In the summer of 2003 the HVG was able to move into their newly built administrative building in Wolnzach. Their direct neighbourhood to the German and Hallertau Hop Growers' Association, to the Hop Advisory Committee of the Bavarian State Research Centre for Agriculture (LfL) as well as to the newly built German Hop Museum in a striking way symbolises the status of the HVG as a customer-oriented as well as producer-oriented hop-trading firm, a status which can meanwhile look back on a tradition over half a century. The 50th anniversary of the formation date of the HVG was on 6th October 2003.

HVG Tettnang1
Analogous to the Hallertau activities a Hop Processing Company (HVG) was also founded in 1955 in Tettnang. This endured the same conditions as its Bavarian "sister". Though there had been no further discussions on paying out subsidies since 1975 because the HVG Tettnang had merged into the "Hop Producer Group Baden-Wurttemberg" (headquarters in Tettnang) conforming to the EEC. This embraced all the locally operating trading firms and by including the hop growers' association was more or less provided with a double identity. In other words the entire crop "ran" over just this producer group. First of all the subsidy was fully passed on to the growers. When the EU adjusted this regulation, the mandatory 20 percent remained with the group - for quality and market support and therefore for stabilizing the prices.
These requirements in an increasingly difficult market finally resulted (2001) in their merging with their bigger partner, the HVG e.G. (Wolnzach) with a similar area of work.

HVG Elbe-Saale2
The HVG Elbe-Saale was founded in August 1990 in Fürth. The first attempt to establish it in May 1990 in Saxony had failed because at the time it was not possible to register it yet in Leipzig. Others soon joined the 7 founding members. Finally the HVG Elbe-Saale counted 60 members. The initial period of the HVG Elbe-Saale happened to fall in a phase when the hop acreage in the Elbe-Saale region was reduced by about a third. Throughout the 1990s the hop acreage in the region as well as the marketing activities of the HVG Elbe-Saale were stable. In 2000 the HVG Elbe-Saale finally merged with the HVG Hop Processing Cooperative e.G.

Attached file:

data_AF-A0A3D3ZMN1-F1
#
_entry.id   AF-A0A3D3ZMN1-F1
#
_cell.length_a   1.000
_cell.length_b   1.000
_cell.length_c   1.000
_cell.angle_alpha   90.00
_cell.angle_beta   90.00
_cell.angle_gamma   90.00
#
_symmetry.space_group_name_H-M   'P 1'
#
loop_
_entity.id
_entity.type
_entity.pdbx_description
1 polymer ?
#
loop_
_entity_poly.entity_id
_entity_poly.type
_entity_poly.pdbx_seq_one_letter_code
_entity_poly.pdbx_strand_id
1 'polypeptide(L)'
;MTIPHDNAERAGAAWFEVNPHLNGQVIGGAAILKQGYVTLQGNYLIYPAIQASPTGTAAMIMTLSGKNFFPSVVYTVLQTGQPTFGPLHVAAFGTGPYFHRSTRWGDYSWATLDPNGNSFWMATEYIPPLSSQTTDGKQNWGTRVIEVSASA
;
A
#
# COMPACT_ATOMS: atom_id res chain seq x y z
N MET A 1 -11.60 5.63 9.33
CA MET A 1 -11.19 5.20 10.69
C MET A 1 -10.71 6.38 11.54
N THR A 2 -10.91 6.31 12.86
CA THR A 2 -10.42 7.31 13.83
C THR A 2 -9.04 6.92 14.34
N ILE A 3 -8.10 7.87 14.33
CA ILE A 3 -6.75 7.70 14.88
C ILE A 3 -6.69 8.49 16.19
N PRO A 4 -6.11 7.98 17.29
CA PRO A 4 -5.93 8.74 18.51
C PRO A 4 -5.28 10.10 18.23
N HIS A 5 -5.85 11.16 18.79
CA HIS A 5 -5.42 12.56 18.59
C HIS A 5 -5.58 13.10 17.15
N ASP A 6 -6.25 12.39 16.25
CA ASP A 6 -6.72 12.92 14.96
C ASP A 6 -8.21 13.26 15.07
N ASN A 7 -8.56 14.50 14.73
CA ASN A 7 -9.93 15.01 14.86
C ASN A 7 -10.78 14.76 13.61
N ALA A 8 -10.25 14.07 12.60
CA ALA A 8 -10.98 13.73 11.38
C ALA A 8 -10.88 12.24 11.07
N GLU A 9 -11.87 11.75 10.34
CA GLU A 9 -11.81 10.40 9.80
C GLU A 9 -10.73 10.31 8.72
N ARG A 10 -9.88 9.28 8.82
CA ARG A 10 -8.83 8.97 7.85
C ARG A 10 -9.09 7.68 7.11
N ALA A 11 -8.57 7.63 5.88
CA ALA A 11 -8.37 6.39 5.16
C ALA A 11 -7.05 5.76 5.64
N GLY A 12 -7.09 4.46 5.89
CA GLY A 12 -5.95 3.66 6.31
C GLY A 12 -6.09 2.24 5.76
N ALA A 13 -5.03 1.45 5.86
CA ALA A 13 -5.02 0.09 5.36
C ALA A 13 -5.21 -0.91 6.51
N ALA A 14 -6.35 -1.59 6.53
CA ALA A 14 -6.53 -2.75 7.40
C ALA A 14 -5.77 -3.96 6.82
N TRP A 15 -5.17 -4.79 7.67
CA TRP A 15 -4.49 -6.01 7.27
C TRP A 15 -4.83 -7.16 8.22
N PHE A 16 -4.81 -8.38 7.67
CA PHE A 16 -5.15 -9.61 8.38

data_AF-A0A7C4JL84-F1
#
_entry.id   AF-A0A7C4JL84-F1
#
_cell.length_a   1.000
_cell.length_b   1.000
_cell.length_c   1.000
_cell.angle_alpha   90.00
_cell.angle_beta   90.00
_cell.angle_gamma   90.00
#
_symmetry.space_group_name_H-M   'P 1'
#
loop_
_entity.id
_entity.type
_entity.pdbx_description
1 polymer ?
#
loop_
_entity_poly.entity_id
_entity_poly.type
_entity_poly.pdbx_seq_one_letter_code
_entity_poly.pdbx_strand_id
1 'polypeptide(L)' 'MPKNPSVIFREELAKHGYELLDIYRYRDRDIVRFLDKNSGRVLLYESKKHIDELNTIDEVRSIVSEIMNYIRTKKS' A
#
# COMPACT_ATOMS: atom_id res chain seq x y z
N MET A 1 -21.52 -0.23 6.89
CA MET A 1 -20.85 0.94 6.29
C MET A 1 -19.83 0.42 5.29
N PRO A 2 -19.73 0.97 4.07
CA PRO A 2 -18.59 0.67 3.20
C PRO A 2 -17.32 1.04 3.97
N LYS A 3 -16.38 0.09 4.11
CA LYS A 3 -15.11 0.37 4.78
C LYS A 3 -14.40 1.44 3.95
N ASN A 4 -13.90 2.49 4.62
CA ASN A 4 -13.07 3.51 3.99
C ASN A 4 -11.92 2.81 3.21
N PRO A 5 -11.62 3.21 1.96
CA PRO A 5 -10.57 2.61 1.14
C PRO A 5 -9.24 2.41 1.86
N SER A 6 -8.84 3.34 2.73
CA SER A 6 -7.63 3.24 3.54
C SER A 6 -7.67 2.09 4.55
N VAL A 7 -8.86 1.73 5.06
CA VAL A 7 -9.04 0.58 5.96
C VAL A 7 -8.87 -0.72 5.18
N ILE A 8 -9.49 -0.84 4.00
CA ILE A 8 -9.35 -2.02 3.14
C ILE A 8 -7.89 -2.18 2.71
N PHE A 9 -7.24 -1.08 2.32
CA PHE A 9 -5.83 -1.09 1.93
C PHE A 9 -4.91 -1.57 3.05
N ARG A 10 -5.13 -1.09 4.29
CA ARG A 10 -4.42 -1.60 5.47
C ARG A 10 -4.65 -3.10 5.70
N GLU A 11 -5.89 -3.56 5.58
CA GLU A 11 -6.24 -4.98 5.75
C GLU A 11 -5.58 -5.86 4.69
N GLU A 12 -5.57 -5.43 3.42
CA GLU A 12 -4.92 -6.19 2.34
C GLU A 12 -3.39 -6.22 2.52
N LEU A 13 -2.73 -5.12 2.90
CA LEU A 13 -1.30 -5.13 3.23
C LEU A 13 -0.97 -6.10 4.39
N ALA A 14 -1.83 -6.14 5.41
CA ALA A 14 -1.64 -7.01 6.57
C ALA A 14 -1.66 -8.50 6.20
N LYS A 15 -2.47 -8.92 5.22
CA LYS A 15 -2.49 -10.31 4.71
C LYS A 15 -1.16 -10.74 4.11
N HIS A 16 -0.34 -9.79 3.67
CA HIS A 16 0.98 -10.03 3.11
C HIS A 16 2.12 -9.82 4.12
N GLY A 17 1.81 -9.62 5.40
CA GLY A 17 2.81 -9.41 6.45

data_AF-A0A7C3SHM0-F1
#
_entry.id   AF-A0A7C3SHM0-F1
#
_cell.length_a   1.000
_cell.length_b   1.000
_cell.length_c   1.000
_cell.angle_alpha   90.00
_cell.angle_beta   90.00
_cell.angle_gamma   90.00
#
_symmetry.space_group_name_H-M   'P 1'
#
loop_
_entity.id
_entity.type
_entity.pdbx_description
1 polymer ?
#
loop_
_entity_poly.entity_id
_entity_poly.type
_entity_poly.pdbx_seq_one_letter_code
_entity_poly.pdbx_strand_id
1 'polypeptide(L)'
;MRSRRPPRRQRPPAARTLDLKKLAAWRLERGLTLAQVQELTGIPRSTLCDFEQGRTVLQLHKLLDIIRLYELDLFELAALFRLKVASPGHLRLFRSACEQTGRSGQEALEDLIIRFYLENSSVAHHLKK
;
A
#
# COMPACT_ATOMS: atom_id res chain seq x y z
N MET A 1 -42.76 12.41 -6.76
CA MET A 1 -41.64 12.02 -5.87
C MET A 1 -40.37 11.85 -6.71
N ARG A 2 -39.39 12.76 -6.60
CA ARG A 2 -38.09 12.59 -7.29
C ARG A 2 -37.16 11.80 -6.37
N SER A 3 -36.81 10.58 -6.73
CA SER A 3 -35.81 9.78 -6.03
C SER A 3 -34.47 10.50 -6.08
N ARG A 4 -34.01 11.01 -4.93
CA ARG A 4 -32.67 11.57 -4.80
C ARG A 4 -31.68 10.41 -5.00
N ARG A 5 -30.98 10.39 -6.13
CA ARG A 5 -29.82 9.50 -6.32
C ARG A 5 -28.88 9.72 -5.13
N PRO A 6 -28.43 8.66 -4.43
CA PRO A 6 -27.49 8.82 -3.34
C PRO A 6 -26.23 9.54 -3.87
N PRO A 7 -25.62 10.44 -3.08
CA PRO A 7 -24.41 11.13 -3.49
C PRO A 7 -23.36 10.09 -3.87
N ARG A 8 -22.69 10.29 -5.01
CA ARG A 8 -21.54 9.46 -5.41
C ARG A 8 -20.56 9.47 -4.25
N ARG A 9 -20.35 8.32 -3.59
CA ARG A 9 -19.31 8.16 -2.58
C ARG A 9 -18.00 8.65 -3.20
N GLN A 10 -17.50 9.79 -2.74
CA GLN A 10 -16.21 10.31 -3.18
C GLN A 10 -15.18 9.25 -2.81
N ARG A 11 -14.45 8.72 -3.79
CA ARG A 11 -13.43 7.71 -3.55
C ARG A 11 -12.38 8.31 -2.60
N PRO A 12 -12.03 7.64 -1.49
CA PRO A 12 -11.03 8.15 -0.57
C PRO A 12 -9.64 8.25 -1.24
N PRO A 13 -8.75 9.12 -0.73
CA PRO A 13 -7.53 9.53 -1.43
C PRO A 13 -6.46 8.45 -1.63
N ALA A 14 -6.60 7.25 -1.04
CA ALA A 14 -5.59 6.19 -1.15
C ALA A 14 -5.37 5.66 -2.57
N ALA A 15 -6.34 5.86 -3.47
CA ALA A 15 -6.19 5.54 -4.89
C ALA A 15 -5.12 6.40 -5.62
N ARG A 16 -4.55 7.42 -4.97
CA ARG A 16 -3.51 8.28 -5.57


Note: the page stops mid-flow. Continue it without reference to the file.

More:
HVG Jura3
The HVG Jura was founded in September 1954. From the beginning there were very close connections to the HVG Hallertau. The Managing Director of the HVG Jura for many years was Mr. Trapp of the HVG Hallertau. However, due to the strong concentration in the brewing sector but also among the hop-trading firms themselves the market position of the small regional company HVG Jura became increasinglydifficult. Therefore the HVG Jura was absorbed in 2001 and became part of the HVG Hop Processing Cooperative e.G.   


Survey on the directorates of the HVG Hallertau and today's HVG Hop Processing Cooperative e.G 7
ARV = Chairman of the Supervisory Committee
VSV = President
sVSV = Vice-President
wVS = other directors
GF = Managing Director


50th   1953 54 55 56 57 58 59 1960
ARV   Otto Höfer
VSV   Dr. Jakob Spitzauer  
sVSV   Andreas Grabmair  
wVS   Michael Forstner  
GF   Hermann Schlicker

60th 1961 62 63 64 65 66 67 68 69 1970
ARV Otto Höfer Sebastian Raith Dr. Josef Maier-Kraft
VSV Andreas Grabmair Josef Schrag Michael Forster
sVSV Josef Schrag Michael Forstner
wVS Hermann Schlicker
GF Hermann Schlicker

70th 1971 72 73 74 75 76 77 78 79 1980
ARV Dr. Josef Maier-Kraft Leo Höfter Hubert Grabmair
VSV Michael Forstner
sVSV Hubert Grabmair Josef Schwarzmeier
wVS Hermann Schlicker
GF Hermann Schlicker
  Leo Höfter


80th 1981 82 83 84 85 86 87 88 89 1990
ARV Hubert Grabmair Wolfgang Forstner
VSV Michael Forstner Herrmann Schlicker Leo Höfter
sVSV Josef Schwarzmeier
wVS Herrmann Schlicker Wolfgang Schlaffer
GF Leo Höfter
Herrmann Schlicker  


90th 1991 92 93 94 95 96 97 98 99 2000
ARV Wolfgang Forstner Michael Bogensberger
VSV Leo Höfter Dr. Johann Pichlmaier
sVSV Josef Schwarzmeier Wolfgang Schlaffer
wVS Wolfgang Schlaffer Wolfgang Forstner
GF Leo Höfter  
  Dr. Johann Pichlmaier


00th 2001 02 03
ARV Michael Bogensberger Adolf Scharpfl
VSV Dr. Johann Pichlmaier
sVSV Wolfgang Schlaffer
wVS Wolfgang Forstner
  Dr. Bernhard Locher
GF Dr. Johann Pichlmaier

Volume of hops marketed hvg_verm_menge


1 author Peter Heidtmann (Tettnang)
2 author HVG Hopfenverwertungsgenossenschaft e.G. based on the brochure "10 years HVG Elbe-Saale e.G."
3 author HVG Hopfenverwertungsgenossenschaft e.G. based on the brochure "10 years HVG Elbe-Saale e.G."
4 compiled by the HVG Hopfenverwertungsgenossenschaft e.G. in July 2003
5 compiled by the HVG Hopfenverwertungsgenossenschaft e.G. in July 2003
6 p until 2000 only the volume of the former HVG Hallertau 7 compiled by the HVG Hopfenverwertungsgenossenschaft e.G. in July 2003